Royal Shakespeare Company
A Museum in Baghdad was ten years in the making. Author Hannah Kalil began by writing a play about Gertrude Bell, an archaeologist who became the first custodian of the museum in Baghdad which opened in 1926. She then developed her play after she realised that there were parallels between this event in 1926 and the reopening of the Museum in 2006.
It is a complex and fascinating play drawing on both Tom Stoppard and Caryl Churchill in its techniques and looking at historical repetition compulsion as well as tensions between artefacts and politics, the influences of the past, clashes between cultures, the role of women and attitudes to history.
Until they realised that the two time periods are interwoven some audience members were confused about what is going on. It’s pretty straightforward, though, once you realise that Gertrude (1926) is paralleled by Ghalia Hussein (2006), that they each have their staff but that Abu Zaman as the local caretaker appears in both time periods, tying the two together through a consistent Iraqi presence.
The play is, perhaps, a touch longer than it needs to be. It’s sometimes a bit attenuated, sometimes a bit portentous, but Erica Whyman’s direction is absolutely superb. Her treatment of the interweaving of the two time periods is brilliant. A la Churchill there is a chorus, but the words of the chorus are split up and thrown around by all those on stage. There are brilliantly handled freezes and mime sequences. There are several moments when both Bell and Hussein say the same lines. There is real depth of characterisation. Each character has his or her own reasons for being involved in archaeology and museums.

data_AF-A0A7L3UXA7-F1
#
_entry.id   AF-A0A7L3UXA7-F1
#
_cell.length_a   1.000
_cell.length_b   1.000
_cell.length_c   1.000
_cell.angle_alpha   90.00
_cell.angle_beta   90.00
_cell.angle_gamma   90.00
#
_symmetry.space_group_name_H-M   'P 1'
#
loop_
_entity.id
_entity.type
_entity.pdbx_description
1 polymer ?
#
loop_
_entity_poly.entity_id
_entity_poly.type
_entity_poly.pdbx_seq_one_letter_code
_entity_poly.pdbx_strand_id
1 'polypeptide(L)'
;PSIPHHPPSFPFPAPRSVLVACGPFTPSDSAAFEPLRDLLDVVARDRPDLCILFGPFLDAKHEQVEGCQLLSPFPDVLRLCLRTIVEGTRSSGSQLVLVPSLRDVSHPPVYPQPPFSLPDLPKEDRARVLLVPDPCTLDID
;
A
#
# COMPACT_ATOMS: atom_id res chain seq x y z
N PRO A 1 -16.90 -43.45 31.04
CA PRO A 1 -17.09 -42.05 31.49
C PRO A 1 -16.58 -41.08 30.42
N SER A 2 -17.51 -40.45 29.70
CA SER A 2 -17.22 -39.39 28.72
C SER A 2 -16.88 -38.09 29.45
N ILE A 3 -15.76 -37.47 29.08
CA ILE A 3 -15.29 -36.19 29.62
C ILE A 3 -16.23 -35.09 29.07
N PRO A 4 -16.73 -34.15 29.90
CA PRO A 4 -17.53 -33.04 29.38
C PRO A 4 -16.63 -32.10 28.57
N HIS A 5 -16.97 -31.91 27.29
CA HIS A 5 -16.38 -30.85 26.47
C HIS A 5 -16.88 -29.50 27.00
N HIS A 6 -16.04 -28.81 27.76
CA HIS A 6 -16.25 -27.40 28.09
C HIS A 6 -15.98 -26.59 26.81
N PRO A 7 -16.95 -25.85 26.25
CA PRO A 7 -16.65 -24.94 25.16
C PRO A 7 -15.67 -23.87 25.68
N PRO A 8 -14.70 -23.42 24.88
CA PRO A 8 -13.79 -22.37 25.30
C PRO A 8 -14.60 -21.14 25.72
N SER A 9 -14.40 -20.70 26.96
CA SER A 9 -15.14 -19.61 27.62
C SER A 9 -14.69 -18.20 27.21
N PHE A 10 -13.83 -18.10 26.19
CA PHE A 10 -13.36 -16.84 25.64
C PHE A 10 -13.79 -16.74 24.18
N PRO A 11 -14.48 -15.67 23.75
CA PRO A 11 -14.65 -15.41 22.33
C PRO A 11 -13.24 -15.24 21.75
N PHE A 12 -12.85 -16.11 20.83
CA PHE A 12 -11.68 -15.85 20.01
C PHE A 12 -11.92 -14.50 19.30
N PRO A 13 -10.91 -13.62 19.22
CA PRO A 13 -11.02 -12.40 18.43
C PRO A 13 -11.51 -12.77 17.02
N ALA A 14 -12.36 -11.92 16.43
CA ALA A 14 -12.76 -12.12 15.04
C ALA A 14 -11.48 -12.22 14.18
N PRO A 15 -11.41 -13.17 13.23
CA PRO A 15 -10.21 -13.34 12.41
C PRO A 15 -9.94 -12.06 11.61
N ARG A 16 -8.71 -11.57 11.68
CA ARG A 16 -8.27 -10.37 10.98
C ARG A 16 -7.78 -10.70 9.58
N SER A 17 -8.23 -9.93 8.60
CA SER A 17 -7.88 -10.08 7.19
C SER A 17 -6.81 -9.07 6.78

The performances are outstanding. Emma Fielding gives one of the performances of the decade as Gertrude Bell – she radiates charisma in a very gentle way with exquisite attention to minute detail. Her assistant Salim is wonderfully played by Zed Josef; his movement and vocal technique is impeccable. Rasoul Saghir is also outstanding as Abu Zaman. He is on stage when the audience enters, fulfilling his role as caretaker in ways more than literal.
There are some wonderful moments involving metaphors and symbols. Several times Abu Zaman withdraws something from his pocket which is preceded by a handful of grains of sand (sands of time, no doubt, as well as of desert) which fall to the ground. There is debate in both time periods about the museum’s most treasured possession, a goddess and a headdress, and these become highly charged symbolic objects where the audience is invited to create their own meanings. A display cabinet is commissioned in each time period and we are invited, by shadow play and fog, to imagine what is in it. Towards the end other artefacts appear against the backdrop which are hard to realise are only projections, so that even the technical word, projection, accrues meanings.
Many found the ending when Gertrude died very moving. I thought the symbolism and myth making were a wee bit obvious but there is no doubting the power of the imagery. This is a very interesting and thought provoking play, but I am not convinced that I have ever seen better direction.
It should be seen.